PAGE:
A funny thing happened on my way to writing off Game Three as an anomaly.
You see, there are so many NBA games that have drifted through my noggin, that watching the opening first half of tonight's game barely generated a rise from me. Oh for sure, it was not fun to watch. a 35-12 deficit through 14 minutes of play is quite the visceral experience. I've seen this before. And what it means simply is this - sometimes, one team makes everything it throws up while at the same time the other team can't throw the ball into the ocean. It happens. It has happened before and it will happen again. Sometimes it happens during a meaningless pre-season game, and other times it happens in the Conference Finals. A team just needs to accept it, even if it is a costly loss, and move on.
The narrative would have been so simple. The Dallas Mavericks came out with a great game plan in place, worked the ball efficiently, relied on Jason Kidd's offensive initiative, and drowned the Thunder before they knew what had hit them. Then Dallas expanded the lead, weathered a few storms, and held a comfortable 16 point lead at the half. Meanwhile, OKC continued to play as if their shoes were tied together, missed easy shots, missed open shots, made bad passes, committed silly turnovers, and looked like a lottery team.
Could we have not just left it there?
Well, we couldn't, because 1) this is the NBA, and huge point swings are always possible; and 2) this is the Thunder. It is against their nature to pack it in.
So we as the fans get caught in that self-defeating middle - we knew that the Thunder would probably lose, but they kept it so tantalizingly close that we held out hope. As they say, hope is a dangerous thing, because it possesses the ability to set us up for failure, and then we're both disappointed and ticked off at ourselves for holding out such hope.
So it was Saturday night.
For our/my own sanity's sake, let's put aside the actual outcome and consider some of the positives and negatives. Despite the loss, we don't want the lessons to go to waste.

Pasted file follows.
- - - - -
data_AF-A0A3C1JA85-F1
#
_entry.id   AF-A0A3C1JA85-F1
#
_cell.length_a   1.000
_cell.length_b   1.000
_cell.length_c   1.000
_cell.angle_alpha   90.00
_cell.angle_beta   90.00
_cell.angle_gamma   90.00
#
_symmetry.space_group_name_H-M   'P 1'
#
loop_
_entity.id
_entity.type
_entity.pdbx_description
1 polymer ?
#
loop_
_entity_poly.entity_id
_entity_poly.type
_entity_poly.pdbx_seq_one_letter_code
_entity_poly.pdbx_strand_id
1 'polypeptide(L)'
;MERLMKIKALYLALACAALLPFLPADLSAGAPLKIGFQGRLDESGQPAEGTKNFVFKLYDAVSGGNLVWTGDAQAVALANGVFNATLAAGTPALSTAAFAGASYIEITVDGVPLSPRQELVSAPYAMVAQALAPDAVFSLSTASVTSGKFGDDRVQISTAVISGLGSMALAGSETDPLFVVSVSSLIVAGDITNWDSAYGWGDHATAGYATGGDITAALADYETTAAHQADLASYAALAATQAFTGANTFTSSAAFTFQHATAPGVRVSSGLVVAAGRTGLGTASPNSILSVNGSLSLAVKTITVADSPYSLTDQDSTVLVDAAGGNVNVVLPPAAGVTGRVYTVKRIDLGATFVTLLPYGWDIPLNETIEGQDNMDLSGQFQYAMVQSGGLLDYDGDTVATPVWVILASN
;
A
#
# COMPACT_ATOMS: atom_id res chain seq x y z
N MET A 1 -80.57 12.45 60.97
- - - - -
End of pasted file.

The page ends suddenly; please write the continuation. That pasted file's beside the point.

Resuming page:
- After a disastrous 1st quarter, the Thunder, despite having no offensive rhythm to speak of, actually outscored the Mavericks by nine. That's right, if the Thunder had only lost the 1st quarter by eight, they would have actually won this monstrosity.
- All told, the defense played well. In the 1st quarter, the Mavs were shooting well over 50%, in large part due to some deft passing and ball rotation which gave Deshawn Stevenson and Shawn Marion open shots at the rim. Yes, the Mavs did hit some jumpers and 3-pointers to give them the lead, but by and large their offensive momentum came from their excellent passing and shots in close.
- Despite the game seeming like a long, drawn out blow-out, the Mavs still only scored 93 points, which makes this the second consecutive game where the Mavs' offensive output has drastically shrank.
- The biggest highlight of that defense was in the 3rd quarter, where the Thunder held the Mavs to a mere 18 points on 6-22 shooting. Despite seeing the Mavs' lead balloon to 20 to start things off, the Thunder never gave up the chase and kept the pressure on.
- Nick Collison continued to play Dirk Nowitzki extremely well. While Dirk did a great job fighting through his shooting struggles to help put the game away, it was clear that he was not comfortable with the way his offense was working, and that was in big part due to Collison. Collison continued to body up against Dirk extremely well, and the perfect example of Collison's body control in dealing with Dirk came in the 4th when Nick forced a jump ball merely by having exceptional defensive position.
- Russell Westbrook did not let the whole Game Two hullabaloo effect him. Westbrook continued to attack the rim and was the primary man responsible for making the game competitive.
- You've probably noticed that most of these positives have to do with defense. That in itself is a great thing, because it means that the Thunder have learned that regardless of whether shots are falling, they can always be confident that they have the ability to play great defense.